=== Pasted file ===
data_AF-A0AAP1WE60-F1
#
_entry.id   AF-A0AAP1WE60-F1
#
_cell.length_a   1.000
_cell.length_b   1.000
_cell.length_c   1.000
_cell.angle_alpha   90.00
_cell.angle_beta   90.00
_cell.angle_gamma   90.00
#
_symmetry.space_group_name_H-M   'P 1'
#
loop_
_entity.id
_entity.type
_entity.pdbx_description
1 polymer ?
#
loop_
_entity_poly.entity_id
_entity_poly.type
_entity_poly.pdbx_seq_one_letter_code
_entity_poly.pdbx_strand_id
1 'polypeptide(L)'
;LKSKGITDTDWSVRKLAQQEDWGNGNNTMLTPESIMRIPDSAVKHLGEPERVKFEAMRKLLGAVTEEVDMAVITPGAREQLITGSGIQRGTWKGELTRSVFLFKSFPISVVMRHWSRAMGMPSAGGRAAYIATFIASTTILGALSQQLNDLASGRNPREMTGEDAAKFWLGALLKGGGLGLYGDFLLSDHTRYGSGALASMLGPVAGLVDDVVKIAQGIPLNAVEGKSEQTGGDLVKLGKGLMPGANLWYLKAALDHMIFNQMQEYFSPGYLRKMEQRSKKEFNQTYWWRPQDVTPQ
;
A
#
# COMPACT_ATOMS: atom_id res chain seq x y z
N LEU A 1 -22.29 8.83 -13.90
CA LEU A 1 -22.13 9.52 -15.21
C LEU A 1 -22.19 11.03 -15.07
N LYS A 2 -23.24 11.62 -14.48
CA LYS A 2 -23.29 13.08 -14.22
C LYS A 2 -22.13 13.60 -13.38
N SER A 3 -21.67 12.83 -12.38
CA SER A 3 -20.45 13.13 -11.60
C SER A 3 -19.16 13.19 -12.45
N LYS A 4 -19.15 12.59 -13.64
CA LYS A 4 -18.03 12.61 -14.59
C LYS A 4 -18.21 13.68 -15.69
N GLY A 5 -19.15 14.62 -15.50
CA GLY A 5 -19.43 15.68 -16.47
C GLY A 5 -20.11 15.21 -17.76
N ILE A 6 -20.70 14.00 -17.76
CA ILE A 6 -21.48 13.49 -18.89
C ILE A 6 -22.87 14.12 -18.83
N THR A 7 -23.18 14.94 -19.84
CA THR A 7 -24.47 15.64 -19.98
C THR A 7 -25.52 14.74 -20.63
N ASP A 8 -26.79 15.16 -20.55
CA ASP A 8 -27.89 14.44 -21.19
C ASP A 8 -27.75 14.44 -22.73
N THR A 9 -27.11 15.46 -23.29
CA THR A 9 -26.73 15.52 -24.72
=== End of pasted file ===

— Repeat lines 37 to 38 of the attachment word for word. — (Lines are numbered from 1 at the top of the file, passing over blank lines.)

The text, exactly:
N SER A 3 -21.67 12.83 -12.38
CA SER A 3 -20.45 13.13 -11.60